A ha: "this law of yours was setting up a causal chain, the first link in the chain has to be exempt from it to avoid an infinite regression.

    provided that the Laws we have identified in nature, which is moving through time since the big bang, apply into the pre-beginning realm.

  • prologos
    A ha: "To return to the Planet Fairies example, a culture believes that PFs are responsible for the motion of planets,

    Kepler, Newton, Einstein, described the laws that govern the orbits. The energy for the velocity comes from their "fall" during accretion, contraction, --having a potential that was set up from the energy causing the expansion of the universe, all which did not exist at one time. appeared, were created? but all are natural with a pre-natural origin. The rivers are older than the mountains we have today.

  • Vidiot

    This thread gave me a headache.

  • John_Mann

    Human mind search for meaning.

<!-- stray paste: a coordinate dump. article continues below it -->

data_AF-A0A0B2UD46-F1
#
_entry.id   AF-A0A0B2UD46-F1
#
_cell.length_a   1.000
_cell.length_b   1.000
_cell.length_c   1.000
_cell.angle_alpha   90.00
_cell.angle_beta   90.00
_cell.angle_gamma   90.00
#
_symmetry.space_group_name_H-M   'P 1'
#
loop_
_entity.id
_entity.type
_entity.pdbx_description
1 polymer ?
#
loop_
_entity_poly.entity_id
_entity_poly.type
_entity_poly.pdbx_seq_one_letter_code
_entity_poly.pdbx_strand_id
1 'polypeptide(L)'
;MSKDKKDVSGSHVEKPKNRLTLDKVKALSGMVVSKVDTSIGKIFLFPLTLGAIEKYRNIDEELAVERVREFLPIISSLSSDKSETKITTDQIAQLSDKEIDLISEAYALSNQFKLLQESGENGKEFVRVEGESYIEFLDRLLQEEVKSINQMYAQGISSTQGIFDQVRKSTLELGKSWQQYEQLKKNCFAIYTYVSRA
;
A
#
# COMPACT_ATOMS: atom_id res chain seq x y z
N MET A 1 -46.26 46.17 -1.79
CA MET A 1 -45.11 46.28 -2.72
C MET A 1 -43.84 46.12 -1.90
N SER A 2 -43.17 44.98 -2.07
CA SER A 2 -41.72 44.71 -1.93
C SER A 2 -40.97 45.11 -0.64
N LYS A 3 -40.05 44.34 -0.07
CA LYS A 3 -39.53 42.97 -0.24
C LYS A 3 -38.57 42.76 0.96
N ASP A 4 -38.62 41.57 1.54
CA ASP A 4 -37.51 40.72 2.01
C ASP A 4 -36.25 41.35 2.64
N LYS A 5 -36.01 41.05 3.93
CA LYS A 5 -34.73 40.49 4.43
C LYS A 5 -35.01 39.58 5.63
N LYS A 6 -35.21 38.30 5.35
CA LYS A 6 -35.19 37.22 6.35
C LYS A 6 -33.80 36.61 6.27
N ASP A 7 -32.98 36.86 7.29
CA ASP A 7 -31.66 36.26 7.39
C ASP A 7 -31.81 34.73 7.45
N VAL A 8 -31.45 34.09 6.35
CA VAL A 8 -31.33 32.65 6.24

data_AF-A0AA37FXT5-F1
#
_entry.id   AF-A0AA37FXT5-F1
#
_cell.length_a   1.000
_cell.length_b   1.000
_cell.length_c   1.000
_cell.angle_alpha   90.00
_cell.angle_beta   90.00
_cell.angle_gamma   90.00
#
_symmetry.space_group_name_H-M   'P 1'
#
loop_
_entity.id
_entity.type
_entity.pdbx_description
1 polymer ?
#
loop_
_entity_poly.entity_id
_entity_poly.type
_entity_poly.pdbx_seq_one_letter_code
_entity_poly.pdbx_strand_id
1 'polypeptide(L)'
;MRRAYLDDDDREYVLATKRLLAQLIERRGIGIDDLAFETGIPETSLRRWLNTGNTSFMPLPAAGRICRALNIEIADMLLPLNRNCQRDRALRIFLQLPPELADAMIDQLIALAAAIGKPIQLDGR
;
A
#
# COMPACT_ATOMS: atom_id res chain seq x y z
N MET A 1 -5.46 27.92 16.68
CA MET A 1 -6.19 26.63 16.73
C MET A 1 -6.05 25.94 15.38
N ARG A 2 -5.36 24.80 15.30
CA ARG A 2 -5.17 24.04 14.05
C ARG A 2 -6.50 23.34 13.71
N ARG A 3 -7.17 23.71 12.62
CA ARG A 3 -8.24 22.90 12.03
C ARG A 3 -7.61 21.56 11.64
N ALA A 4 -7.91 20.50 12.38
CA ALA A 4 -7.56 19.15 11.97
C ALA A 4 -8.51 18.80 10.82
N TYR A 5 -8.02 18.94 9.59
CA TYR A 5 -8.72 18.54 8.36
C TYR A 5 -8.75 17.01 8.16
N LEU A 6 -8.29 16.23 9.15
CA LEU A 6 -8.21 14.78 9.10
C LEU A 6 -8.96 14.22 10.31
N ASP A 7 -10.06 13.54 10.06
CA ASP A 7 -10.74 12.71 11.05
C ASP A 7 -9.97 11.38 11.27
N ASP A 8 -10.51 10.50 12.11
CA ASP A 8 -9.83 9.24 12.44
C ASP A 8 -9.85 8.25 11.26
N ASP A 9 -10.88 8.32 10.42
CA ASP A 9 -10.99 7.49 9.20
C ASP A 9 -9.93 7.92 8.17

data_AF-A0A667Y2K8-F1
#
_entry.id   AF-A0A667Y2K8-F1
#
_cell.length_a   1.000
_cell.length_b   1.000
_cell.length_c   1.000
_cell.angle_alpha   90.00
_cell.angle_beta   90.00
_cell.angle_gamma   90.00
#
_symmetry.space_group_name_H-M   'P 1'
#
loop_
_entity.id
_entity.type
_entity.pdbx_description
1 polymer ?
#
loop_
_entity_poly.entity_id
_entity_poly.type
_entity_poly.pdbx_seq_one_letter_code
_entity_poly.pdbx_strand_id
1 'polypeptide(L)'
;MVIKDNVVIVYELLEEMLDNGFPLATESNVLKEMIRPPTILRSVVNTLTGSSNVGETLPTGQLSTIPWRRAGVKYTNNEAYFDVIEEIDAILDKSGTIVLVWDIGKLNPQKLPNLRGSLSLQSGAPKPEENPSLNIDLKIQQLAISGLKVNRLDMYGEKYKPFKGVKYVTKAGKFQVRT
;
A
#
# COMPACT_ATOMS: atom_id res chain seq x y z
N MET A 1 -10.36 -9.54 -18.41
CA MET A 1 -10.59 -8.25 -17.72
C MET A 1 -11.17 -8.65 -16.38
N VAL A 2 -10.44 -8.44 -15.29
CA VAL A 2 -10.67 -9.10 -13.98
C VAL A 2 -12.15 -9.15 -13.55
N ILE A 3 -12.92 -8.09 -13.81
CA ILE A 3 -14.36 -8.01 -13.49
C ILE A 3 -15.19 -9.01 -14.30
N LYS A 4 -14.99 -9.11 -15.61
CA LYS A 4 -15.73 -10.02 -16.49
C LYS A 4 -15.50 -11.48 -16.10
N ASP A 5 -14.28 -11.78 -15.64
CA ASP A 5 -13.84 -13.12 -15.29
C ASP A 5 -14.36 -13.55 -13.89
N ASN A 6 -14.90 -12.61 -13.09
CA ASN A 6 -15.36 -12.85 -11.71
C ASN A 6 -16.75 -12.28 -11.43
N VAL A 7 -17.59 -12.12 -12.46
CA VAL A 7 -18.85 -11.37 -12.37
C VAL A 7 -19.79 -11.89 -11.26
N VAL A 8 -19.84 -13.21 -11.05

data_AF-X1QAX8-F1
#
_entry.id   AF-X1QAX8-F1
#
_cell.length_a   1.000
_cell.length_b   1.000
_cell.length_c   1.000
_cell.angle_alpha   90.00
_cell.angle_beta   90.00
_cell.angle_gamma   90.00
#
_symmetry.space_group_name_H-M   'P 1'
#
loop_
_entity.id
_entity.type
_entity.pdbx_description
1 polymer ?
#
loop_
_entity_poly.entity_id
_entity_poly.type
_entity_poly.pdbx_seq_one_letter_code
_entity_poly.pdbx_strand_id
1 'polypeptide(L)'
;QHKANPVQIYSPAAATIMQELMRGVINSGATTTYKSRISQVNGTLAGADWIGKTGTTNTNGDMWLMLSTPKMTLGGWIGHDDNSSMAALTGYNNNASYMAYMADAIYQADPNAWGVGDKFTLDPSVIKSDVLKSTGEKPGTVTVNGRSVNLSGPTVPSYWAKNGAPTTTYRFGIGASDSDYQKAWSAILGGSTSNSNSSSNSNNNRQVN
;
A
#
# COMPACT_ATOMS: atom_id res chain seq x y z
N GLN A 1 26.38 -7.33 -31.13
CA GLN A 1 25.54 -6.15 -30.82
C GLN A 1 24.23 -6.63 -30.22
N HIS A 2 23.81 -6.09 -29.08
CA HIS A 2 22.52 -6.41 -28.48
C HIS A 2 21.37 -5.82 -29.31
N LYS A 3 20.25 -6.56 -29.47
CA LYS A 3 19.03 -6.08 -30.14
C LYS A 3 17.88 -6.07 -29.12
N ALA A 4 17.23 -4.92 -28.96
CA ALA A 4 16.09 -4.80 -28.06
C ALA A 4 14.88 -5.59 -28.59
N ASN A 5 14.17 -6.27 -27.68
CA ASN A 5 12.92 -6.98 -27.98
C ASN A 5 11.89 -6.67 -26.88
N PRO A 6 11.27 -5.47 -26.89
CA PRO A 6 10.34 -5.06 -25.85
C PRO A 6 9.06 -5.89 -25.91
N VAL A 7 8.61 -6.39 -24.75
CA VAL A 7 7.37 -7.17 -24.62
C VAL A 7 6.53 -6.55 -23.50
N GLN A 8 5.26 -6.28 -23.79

No animal do this.

    How evolution explains the search of meaning in the human mind?

  • Viviane
    That's my belief from what I gather from the evidence, nothing more, nothing less. In order to disprove my rule, you must come up with contrary examples, with evidence that refutes the rule. So far there's no takers, so the rule stands (until such time as the scientists prove me wrong).

    As I said, had you been a microbiologist as you claim, you would know that you've just gotten it 100% wrong. But, you weren't, so you don't.

    This would be similar to Newton's law of gravity being rewritten by Einstein's theory of general relativity. Gravity is not an ordinary force but a property of space-time geometry. The apple is not being pulled down by the mass of the planet. Its fall causes a gravitational wave and is pushed down by causing a ripple in the space-time continuum. So, there goes Newton's law out of the window.